Monday, 28 April 2014

A Brief History of video games [PART 3] MOCAP and Minecraft

In the last  post I wrote about the great video game crash of '83 . Despite the setbacks of this crash the video game industry has continued to grow. Video game graphics have moved 2D pixel games to  high polygon 3D games and back again, thanks to independent games.

Modern  motion capture (MOCAP) techniques has allowed games to come extremely close to reality, to the point where many big budget games will use these processes as standard. I never paid much attention to  Motion capture until I plated Beyond Two Souls; A game that revolves around the life of a person called Jodie Holmes who is connected to entity that Jodie calls Aiden, an entity that allows her to preform supernatural feats. Something that struck me when seeing the trailer for this is that Jodie looks a lot like the actress Ellen Page, and that's because she is. In beyond Two souls the motion capture was so prevalent that the  names of the actors the characters are based off of are on the front of the game package, something that's more associated with films. In the 80s large companies would only need a few people to produce their games, now at the higher end of the industry hundreds of people are needed to produce something successful in the current triple A market. With perhaps the exception being more iconic games and characters,that will draw in customers without the need for high poly graphics.

Another noticeable development in recent years is the rise of independent games. The high amount of resources available to people has opened the door to ammeters and professionals alike making games and applications. In some ways I find this a throwback to the 80s where small teams of people (or even one person) came together to make a game, only this time it's working. Independent games are still compelling, even if they don;t have the technology to become high poly. A great example of this is Minecraft a sandbox indie game. Minecraft is an open world game that has no specific goals for the player to accomplish, allowing players a large amount of freedom in choosing how to play the game.With the core game play revolving around breaking and placing blocks, and crafting other items from said blocks. The game world is essentially composed of rough 3D objects (mainly cubes) but is insanely popular none the less.  Now small indie games like Minecraft are keeping the interest and variety in games alive, rather than crashing the whole market. Don't get me wrong, the market is still saturated, there are millions of games new and old out there to play. But a huge difference in games back in the 80s and games now is that now we can digitally download them. Having thousands of games out there isn't as much of an issue when the games don't need to be physically put on disks and into shops. Even games that come in these physical packages now have the option to be bought online and downloaded  (or just downloaded if you're into piratebay.)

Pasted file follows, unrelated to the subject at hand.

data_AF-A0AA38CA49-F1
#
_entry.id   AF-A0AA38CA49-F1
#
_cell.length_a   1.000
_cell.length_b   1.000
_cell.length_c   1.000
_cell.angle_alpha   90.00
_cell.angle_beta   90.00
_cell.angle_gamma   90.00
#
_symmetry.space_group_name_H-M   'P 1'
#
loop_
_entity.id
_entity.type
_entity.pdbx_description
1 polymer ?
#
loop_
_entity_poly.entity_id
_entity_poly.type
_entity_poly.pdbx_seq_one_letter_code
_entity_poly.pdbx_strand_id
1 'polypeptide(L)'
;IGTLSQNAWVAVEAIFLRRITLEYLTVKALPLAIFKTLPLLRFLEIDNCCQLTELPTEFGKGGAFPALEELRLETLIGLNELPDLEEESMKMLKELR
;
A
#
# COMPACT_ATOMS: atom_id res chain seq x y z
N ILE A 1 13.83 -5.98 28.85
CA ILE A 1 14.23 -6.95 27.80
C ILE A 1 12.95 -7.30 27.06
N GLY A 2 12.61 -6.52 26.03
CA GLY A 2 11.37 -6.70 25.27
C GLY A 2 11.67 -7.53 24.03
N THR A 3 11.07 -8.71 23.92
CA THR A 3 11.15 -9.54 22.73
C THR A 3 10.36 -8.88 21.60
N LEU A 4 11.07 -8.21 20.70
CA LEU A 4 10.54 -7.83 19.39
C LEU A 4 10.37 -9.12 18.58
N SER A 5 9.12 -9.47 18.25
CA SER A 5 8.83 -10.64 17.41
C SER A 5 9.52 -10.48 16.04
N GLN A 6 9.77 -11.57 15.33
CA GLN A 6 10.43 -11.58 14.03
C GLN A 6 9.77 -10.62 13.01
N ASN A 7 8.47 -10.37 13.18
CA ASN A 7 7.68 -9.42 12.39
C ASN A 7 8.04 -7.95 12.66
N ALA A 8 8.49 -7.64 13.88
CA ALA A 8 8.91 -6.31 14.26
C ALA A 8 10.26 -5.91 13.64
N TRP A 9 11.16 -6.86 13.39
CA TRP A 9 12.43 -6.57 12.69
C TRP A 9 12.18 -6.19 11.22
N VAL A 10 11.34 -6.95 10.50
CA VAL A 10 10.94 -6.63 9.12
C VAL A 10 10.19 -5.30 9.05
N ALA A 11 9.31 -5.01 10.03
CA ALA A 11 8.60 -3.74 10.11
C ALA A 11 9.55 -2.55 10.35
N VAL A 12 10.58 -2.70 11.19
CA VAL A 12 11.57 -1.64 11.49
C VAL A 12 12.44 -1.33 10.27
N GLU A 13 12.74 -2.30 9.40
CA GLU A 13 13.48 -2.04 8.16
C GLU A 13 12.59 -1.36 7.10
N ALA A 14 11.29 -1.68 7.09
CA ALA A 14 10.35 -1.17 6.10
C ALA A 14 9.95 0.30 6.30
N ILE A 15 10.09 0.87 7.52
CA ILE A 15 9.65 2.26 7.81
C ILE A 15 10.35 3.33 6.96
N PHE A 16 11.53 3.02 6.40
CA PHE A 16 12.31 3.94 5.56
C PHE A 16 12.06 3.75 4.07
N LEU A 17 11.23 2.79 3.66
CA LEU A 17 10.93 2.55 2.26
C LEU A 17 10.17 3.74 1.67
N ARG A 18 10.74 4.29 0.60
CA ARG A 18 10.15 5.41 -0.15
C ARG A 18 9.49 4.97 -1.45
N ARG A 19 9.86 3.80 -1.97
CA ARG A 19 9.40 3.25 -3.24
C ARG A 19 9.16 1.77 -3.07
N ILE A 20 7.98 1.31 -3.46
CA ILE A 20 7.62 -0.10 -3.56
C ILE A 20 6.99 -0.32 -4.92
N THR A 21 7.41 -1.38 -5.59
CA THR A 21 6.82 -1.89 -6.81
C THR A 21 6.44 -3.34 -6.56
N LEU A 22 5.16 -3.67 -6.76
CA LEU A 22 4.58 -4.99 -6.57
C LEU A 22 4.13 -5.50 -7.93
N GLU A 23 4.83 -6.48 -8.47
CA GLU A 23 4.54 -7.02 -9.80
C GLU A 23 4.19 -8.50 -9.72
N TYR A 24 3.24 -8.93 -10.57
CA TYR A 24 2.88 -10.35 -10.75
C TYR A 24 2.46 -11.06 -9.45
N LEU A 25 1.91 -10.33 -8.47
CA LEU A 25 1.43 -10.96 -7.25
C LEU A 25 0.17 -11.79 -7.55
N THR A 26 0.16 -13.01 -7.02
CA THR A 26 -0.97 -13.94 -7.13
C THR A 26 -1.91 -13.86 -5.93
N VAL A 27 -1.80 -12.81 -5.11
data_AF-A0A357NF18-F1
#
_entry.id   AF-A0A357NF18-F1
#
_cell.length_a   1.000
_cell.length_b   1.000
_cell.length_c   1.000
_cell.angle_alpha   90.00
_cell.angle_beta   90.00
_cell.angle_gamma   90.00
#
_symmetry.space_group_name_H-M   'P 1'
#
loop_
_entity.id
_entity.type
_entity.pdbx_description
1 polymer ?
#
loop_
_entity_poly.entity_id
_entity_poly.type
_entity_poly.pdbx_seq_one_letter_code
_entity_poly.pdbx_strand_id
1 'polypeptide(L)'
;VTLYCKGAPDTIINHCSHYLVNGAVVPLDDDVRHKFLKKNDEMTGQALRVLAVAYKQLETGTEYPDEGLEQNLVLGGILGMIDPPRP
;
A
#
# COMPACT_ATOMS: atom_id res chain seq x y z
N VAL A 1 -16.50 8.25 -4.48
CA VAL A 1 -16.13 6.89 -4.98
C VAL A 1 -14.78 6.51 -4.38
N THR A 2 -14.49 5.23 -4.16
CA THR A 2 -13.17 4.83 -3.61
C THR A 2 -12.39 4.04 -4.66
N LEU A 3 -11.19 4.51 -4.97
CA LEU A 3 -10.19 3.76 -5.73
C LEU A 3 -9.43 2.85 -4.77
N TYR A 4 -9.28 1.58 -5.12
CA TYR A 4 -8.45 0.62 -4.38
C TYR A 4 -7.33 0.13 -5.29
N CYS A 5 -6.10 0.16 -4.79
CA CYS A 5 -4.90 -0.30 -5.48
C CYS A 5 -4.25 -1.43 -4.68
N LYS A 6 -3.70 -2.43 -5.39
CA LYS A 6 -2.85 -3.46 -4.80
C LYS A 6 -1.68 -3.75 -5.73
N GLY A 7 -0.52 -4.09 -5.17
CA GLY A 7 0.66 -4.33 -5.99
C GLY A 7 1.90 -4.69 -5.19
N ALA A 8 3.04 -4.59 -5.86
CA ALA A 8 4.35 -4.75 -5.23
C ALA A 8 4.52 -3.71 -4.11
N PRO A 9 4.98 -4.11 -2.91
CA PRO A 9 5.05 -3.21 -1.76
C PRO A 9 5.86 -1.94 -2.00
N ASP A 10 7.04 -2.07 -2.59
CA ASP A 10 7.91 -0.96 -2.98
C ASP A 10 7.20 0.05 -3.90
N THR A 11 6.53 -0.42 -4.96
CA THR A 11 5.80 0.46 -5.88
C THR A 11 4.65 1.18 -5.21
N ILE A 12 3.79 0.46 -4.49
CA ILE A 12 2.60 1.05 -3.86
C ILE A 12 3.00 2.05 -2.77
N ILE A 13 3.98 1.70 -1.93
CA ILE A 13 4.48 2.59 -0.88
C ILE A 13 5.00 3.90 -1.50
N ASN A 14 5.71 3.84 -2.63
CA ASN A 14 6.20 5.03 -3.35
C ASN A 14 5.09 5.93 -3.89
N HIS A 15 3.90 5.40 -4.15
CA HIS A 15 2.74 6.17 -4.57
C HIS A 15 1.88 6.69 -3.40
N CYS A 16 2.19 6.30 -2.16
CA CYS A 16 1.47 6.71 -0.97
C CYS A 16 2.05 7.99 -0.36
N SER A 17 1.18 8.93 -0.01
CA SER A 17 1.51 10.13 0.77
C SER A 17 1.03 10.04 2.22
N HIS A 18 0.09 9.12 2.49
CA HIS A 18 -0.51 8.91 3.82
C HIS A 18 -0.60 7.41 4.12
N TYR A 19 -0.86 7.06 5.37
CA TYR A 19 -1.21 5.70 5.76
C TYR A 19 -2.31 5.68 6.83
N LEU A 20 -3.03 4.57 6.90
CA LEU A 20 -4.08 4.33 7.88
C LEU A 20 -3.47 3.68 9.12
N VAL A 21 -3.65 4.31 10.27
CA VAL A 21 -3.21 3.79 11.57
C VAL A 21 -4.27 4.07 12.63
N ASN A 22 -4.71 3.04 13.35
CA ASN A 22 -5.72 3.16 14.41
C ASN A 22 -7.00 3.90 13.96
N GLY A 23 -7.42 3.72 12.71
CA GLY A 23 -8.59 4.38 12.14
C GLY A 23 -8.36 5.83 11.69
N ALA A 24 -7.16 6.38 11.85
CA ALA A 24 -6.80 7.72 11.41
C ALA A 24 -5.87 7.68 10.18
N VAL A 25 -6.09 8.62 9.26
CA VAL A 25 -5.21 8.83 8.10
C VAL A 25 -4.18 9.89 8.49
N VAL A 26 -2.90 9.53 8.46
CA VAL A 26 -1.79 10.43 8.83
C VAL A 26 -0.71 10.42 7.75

So really The current games industry is a mixed bag, with high end motion captured games, small stylised games and everything in between. Which for me is not a bad thing at all. It seems that currently There's something for everyone, because so many types of people have gone in to making games. Something for everyone's being made, and shared either by  the larger game companies funded by past successes, or small independent companies funded by a kick starter. I think there's a danger of the industry at the top of the spectrum coming to a stop in development, as they're already so close realism in their games. Despite this the indie developers will still becoming up with unique low budget, sometimes low poly ideas that work because the game play is still compelling, and at the end of the day that's what gets people to play games, and keeps the industry alive.

Gallegos, Anthony. "Minecraft Review — PC Review at IGN". Retrieved April 25

Joley,Matthew. "Beyond two Souls: Video game review of the week" retrieved April 25

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